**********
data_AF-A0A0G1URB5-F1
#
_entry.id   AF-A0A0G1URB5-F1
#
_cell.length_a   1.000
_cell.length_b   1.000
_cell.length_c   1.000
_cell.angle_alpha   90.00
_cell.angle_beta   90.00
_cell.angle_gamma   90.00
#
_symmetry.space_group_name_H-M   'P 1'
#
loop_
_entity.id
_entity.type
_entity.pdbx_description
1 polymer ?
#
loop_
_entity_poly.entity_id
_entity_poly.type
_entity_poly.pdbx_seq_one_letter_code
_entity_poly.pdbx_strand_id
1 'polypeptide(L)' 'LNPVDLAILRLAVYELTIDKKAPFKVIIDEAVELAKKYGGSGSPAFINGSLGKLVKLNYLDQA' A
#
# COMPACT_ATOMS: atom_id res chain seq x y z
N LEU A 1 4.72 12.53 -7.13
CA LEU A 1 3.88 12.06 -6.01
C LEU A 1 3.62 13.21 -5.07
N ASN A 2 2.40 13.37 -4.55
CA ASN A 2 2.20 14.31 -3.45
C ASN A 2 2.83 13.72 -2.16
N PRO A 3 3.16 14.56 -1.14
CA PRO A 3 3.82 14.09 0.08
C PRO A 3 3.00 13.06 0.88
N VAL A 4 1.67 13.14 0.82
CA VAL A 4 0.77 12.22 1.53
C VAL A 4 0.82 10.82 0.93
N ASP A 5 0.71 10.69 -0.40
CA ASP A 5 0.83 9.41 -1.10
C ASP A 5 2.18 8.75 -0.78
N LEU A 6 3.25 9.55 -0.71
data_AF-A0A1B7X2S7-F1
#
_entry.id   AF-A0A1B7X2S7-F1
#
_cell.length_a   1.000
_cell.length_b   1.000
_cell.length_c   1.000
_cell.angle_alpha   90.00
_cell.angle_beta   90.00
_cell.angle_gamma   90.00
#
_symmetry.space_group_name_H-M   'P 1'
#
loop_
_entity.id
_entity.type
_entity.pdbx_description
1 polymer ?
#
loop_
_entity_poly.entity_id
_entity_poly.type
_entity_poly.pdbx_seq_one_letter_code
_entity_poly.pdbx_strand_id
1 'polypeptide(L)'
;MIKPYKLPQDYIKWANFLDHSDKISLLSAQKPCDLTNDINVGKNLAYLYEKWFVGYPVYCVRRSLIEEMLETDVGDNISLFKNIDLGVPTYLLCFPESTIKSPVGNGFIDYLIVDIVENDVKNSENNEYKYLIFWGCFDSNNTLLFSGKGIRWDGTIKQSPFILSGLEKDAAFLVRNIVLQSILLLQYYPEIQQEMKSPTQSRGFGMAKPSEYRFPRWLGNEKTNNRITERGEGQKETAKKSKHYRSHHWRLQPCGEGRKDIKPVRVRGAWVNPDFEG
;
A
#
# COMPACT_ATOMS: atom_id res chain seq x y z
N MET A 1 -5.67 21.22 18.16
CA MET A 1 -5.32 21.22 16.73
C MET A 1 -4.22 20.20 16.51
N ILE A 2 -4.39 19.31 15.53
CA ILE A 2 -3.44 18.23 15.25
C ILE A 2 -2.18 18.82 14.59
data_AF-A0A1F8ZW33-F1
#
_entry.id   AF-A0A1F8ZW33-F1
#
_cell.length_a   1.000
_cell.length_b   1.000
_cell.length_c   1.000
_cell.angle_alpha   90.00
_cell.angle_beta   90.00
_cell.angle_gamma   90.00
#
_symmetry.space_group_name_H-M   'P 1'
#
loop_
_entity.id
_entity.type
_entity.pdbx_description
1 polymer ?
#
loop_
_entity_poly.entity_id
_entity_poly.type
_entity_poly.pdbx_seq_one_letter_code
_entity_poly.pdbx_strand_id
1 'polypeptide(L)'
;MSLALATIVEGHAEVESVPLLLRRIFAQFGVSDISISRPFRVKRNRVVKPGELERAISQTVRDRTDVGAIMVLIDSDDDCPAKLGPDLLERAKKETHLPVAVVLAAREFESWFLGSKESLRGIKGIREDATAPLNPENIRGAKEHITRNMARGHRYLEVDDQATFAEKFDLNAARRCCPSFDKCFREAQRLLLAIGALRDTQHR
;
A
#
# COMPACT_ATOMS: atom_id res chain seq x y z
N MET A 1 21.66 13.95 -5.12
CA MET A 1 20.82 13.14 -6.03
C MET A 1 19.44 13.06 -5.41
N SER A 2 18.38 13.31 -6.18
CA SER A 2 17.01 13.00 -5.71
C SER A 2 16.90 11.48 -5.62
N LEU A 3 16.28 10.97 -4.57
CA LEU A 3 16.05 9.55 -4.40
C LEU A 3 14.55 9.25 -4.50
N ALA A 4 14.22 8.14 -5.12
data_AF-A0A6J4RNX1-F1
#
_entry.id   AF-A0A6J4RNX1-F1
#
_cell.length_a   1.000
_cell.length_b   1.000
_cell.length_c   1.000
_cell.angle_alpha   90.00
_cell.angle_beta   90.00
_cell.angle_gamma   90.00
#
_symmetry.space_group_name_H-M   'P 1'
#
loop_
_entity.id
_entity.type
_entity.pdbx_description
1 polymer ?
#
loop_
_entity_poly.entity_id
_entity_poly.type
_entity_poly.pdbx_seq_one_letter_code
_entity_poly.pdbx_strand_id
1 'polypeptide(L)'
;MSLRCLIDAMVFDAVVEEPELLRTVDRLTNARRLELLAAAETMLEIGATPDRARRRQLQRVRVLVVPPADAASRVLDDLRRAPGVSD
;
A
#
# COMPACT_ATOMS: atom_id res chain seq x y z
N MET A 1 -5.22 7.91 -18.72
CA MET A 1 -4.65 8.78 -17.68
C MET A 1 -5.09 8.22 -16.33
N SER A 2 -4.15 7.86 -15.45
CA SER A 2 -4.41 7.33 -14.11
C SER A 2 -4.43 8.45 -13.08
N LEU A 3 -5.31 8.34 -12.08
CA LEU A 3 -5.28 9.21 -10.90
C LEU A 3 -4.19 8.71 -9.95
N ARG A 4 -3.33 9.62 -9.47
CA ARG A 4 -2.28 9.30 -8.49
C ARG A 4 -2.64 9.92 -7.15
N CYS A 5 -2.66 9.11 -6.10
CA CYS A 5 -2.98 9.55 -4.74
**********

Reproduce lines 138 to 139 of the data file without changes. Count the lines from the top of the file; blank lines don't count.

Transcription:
#
loop_